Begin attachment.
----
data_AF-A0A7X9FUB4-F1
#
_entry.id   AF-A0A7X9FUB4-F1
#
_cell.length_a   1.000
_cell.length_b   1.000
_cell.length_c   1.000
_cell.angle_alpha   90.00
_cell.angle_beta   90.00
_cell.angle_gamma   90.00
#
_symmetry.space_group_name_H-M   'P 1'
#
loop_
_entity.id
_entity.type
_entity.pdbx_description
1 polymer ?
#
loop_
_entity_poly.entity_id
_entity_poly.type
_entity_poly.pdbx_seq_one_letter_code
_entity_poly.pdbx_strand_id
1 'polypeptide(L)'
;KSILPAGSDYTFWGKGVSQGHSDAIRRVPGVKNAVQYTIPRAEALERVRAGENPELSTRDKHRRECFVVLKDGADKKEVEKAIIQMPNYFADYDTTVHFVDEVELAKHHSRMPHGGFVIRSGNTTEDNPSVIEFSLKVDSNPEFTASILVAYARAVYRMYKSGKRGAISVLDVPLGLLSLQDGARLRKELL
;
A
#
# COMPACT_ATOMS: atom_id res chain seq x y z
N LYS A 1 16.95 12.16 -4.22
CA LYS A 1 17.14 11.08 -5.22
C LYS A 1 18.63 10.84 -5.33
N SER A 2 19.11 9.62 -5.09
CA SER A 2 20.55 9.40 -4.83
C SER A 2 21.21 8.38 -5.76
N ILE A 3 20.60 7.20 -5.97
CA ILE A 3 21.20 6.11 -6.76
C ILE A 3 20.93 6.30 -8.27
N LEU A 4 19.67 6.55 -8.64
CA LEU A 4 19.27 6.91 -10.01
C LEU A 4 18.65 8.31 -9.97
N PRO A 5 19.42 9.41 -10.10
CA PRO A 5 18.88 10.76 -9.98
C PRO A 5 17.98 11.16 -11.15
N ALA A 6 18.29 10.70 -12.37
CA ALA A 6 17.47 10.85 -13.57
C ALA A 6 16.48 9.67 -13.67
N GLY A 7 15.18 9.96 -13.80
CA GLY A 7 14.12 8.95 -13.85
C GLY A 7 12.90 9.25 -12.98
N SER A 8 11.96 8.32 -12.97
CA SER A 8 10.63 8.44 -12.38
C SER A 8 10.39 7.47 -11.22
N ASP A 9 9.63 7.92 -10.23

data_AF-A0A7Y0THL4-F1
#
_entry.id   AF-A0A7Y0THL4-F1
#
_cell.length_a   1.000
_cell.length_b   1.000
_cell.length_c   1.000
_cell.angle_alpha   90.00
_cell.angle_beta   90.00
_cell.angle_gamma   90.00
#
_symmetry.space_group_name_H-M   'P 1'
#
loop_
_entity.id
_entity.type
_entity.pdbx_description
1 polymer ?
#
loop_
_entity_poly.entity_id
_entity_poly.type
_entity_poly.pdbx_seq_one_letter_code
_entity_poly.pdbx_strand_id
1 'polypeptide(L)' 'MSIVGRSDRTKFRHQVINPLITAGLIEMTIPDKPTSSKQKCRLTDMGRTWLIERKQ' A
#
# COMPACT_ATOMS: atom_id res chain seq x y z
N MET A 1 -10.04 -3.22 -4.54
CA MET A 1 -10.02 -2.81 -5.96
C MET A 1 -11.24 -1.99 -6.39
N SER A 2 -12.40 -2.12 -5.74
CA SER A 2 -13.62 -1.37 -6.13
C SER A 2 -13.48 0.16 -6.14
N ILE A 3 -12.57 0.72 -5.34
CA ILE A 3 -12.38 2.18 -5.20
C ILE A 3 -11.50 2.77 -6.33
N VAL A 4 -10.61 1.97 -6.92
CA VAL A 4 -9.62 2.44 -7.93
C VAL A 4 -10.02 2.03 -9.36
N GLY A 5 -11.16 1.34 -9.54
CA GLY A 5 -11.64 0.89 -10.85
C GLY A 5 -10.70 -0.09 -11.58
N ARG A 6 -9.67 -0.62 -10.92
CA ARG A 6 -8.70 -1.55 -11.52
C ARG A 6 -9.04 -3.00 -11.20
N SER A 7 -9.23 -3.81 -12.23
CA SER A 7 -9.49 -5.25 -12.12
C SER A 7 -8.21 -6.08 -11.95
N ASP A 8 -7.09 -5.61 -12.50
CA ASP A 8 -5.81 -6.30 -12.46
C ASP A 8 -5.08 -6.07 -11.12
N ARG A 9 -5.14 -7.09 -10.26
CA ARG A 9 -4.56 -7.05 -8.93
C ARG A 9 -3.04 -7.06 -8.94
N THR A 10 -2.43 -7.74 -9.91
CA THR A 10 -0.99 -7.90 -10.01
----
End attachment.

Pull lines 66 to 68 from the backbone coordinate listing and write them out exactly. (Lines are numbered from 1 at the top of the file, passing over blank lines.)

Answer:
#
_symmetry.space_group_name_H-M   'P 1'
#